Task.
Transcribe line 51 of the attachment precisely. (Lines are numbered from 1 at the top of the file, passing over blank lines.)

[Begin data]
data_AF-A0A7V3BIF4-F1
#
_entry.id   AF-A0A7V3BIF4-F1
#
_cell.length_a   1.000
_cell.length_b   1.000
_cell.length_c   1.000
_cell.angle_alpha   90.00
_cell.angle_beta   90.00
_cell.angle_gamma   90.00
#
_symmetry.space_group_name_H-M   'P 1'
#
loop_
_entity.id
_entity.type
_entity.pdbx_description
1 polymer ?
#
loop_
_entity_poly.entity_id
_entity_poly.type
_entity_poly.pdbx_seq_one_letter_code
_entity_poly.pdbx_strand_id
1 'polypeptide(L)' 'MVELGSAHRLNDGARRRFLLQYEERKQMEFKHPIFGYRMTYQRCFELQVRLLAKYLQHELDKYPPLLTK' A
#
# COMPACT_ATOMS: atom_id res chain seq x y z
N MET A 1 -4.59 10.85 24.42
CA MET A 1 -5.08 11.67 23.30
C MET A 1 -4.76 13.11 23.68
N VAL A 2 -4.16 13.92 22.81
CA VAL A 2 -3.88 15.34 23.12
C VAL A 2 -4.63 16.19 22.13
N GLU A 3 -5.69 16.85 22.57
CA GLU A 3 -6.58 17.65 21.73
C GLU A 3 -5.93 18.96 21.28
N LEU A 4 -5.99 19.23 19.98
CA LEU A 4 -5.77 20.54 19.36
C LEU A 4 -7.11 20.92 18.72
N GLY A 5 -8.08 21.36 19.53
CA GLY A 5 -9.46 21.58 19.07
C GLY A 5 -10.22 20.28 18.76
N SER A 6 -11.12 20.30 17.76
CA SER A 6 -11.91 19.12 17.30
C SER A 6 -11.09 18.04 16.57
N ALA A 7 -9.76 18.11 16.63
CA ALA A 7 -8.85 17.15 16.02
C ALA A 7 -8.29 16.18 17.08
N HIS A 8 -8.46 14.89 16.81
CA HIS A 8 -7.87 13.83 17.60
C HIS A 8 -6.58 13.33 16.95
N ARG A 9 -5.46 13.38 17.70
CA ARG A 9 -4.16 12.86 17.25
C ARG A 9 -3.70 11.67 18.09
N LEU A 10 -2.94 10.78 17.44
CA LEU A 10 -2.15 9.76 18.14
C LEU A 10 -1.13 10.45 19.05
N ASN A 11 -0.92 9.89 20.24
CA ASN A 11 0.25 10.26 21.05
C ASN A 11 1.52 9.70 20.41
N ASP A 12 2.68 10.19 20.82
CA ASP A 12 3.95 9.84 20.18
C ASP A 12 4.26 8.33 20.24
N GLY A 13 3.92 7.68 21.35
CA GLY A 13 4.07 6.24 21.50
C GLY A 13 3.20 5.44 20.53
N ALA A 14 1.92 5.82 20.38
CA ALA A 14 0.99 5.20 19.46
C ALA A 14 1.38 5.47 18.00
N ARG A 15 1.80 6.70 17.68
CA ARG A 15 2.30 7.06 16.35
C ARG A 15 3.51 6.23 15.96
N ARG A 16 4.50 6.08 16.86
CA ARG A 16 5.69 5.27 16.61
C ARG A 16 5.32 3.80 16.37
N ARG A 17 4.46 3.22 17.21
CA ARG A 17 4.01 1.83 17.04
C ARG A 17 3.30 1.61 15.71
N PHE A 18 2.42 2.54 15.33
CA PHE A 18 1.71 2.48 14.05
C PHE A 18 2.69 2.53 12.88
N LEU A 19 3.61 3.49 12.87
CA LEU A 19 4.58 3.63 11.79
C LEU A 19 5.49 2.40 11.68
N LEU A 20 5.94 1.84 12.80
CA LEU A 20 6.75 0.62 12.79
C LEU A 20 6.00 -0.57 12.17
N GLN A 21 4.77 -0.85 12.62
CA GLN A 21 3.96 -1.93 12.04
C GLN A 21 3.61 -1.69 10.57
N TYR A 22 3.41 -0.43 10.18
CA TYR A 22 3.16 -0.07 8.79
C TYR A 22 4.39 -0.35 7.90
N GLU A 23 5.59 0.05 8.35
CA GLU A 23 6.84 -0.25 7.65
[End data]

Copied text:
C HIS A 8 -6.58 13.33 16.95